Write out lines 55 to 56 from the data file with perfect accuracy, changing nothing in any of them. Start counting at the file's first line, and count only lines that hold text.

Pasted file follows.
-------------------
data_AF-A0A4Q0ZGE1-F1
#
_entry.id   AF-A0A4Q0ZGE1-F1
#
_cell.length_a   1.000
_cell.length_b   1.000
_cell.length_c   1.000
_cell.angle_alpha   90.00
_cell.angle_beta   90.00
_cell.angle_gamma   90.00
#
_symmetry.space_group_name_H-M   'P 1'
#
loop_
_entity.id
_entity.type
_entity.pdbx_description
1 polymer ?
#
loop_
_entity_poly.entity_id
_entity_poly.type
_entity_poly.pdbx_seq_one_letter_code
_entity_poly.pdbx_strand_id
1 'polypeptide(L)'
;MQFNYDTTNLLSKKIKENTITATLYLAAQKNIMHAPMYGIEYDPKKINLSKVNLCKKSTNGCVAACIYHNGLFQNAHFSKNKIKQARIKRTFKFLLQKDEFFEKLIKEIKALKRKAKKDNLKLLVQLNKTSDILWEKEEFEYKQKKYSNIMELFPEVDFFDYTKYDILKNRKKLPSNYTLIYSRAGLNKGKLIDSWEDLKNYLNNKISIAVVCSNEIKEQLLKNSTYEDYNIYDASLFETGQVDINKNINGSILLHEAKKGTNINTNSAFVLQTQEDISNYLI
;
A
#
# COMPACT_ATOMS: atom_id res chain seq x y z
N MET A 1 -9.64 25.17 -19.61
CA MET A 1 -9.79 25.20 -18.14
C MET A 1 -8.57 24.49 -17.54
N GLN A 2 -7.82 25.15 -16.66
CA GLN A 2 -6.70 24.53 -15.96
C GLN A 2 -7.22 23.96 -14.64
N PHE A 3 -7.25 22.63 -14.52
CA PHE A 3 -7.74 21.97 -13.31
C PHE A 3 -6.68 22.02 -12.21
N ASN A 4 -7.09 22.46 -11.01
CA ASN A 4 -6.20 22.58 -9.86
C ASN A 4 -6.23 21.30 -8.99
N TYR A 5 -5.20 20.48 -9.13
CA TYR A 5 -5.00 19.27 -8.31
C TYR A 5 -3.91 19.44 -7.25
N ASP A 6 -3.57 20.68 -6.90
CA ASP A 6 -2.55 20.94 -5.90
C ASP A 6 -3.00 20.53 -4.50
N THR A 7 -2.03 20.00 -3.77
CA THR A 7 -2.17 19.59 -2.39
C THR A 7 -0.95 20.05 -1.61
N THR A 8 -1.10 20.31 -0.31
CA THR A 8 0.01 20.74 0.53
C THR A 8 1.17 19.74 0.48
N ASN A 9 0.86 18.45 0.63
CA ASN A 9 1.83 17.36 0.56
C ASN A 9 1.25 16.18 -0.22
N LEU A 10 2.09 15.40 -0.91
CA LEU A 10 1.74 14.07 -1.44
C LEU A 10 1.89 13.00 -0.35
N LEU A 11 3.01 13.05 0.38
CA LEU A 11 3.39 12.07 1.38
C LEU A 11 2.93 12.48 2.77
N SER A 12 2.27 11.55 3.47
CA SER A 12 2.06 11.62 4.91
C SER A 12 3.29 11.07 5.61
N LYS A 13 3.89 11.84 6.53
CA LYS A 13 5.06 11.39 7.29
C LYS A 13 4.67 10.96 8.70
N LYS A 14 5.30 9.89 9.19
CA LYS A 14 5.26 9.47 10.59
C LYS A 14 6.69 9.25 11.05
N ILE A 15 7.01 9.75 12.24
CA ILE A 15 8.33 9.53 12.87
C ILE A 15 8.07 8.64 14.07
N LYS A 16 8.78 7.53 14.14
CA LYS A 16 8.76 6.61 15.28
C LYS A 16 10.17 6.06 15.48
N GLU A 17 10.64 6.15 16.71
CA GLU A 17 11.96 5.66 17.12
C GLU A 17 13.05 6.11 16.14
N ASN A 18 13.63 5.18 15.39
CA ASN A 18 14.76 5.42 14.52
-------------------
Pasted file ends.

N ASN A 9 0.86 18.45 0.63
CA ASN A 9 1.83 17.36 0.56